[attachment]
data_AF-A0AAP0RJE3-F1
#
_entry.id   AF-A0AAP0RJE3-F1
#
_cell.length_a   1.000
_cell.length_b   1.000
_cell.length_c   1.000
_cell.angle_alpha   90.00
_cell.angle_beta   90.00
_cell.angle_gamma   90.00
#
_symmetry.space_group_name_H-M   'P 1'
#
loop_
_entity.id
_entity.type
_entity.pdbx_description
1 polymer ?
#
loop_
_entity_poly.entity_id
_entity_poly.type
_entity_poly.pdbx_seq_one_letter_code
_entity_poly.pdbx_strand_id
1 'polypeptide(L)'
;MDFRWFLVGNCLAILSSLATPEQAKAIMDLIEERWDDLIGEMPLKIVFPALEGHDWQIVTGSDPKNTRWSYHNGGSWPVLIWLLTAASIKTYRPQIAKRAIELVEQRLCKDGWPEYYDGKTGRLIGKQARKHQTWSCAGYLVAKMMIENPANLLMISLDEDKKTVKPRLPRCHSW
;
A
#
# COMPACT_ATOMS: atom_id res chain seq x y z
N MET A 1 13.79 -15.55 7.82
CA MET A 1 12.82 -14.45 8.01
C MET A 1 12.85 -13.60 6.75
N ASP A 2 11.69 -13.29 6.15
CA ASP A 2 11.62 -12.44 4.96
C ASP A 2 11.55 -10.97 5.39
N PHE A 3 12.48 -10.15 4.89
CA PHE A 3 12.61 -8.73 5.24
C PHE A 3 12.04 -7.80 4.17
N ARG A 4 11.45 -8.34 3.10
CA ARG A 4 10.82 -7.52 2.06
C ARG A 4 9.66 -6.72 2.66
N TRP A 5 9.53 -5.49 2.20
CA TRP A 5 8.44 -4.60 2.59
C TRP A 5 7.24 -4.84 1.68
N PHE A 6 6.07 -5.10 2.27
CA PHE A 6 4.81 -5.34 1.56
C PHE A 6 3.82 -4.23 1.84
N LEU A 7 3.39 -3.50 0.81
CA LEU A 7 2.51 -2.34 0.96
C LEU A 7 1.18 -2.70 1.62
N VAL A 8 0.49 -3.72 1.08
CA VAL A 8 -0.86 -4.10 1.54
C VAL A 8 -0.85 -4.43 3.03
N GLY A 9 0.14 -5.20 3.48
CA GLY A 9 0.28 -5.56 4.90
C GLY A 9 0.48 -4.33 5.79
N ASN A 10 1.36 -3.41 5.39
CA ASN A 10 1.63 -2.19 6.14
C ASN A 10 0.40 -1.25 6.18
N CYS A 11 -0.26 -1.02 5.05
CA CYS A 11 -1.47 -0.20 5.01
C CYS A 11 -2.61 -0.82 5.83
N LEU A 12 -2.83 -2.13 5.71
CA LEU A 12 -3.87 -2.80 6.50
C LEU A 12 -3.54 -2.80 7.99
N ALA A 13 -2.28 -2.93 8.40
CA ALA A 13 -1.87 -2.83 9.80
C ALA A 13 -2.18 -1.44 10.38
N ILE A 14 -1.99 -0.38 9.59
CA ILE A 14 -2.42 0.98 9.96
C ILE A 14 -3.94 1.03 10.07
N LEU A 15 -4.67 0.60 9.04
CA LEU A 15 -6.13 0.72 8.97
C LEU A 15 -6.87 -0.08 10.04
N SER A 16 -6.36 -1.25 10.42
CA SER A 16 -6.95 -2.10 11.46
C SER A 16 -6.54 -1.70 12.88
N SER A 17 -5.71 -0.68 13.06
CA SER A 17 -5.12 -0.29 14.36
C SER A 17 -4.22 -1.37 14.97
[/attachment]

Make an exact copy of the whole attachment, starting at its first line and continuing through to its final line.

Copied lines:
data_AF-A0AAP0RJE3-F1
#
_entry.id   AF-A0AAP0RJE3-F1
#
_cell.length_a   1.000
_cell.length_b   1.000
_cell.length_c   1.000
_cell.angle_alpha   90.00
_cell.angle_beta   90.00
_cell.angle_gamma   90.00
#
_symmetry.space_group_name_H-M   'P 1'
#
loop_
_entity.id
_entity.type
_entity.pdbx_description
1 polymer ?
#
loop_
_entity_poly.entity_id
_entity_poly.type
_entity_poly.pdbx_seq_one_letter_code
_entity_poly.pdbx_strand_id
1 'polypeptide(L)'
;MDFRWFLVGNCLAILSSLATPEQAKAIMDLIEERWDDLIGEMPLKIVFPALEGHDWQIVTGSDPKNTRWSYHNGGSWPVLIWLLTAASIKTYRPQIAKRAIELVEQRLCKDGWPEYYDGKTGRLIGKQARKHQTWSCAGYLVAKMMIENPANLLMISLDEDKKTVKPRLPRCHSW
;
A
#
# COMPACT_ATOMS: atom_id res chain seq x y z
N MET A 1 13.79 -15.55 7.82
CA MET A 1 12.82 -14.45 8.01
C MET A 1 12.85 -13.60 6.75
N ASP A 2 11.69 -13.29 6.15
CA ASP A 2 11.62 -12.44 4.96
C ASP A 2 11.55 -10.97 5.39
N PHE A 3 12.48 -10.15 4.89
CA PHE A 3 12.61 -8.73 5.24
C PHE A 3 12.04 -7.80 4.17
N ARG A 4 11.45 -8.34 3.10
CA ARG A 4 10.82 -7.52 2.06
C ARG A 4 9.66 -6.72 2.66
N TRP A 5 9.53 -5.49 2.20
CA TRP A 5 8.44 -4.60 2.59
C TRP A 5 7.24 -4.84 1.68
N PHE A 6 6.07 -5.10 2.27
CA PHE A 6 4.81 -5.34 1.56
C PHE A 6 3.82 -4.23 1.84
N LEU A 7 3.39 -3.50 0.81
CA LEU A 7 2.51 -2.34 0.96
C LEU A 7 1.18 -2.70 1.62
N VAL A 8 0.49 -3.72 1.08
CA VAL A 8 -0.86 -4.10 1.54
C VAL A 8 -0.85 -4.43 3.03
N GLY A 9 0.14 -5.20 3.48
CA GLY A 9 0.28 -5.56 4.90
C GLY A 9 0.48 -4.33 5.79
N ASN A 10 1.36 -3.41 5.39
CA ASN A 10 1.63 -2.19 6.14
C ASN A 10 0.40 -1.25 6.18
N CYS A 11 -0.26 -1.02 5.05
CA CYS A 11 -1.47 -0.20 5.01
C CYS A 11 -2.61 -0.82 5.83
N LEU A 12 -2.83 -2.13 5.71
CA LEU A 12 -3.87 -2.80 6.50
C LEU A 12 -3.54 -2.80 7.99
N ALA A 13 -2.28 -2.93 8.40
CA ALA A 13 -1.87 -2.83 9.80
C ALA A 13 -2.18 -1.44 10.38
N ILE A 14 -1.99 -0.38 9.59
CA ILE A 14 -2.42 0.98 9.96
C ILE A 14 -3.94 1.03 10.07
N LEU A 15 -4.67 0.60 9.04
CA LEU A 15 -6.13 0.72 8.97
C LEU A 15 -6.87 -0.08 10.04
N SER A 16 -6.36 -1.25 10.42
CA SER A 16 -6.95 -2.10 11.46
C SER A 16 -6.54 -1.70 12.88
N SER A 17 -5.71 -0.68 13.06
CA SER A 17 -5.12 -0.29 14.36
C SER A 17 -4.22 -1.37 14.97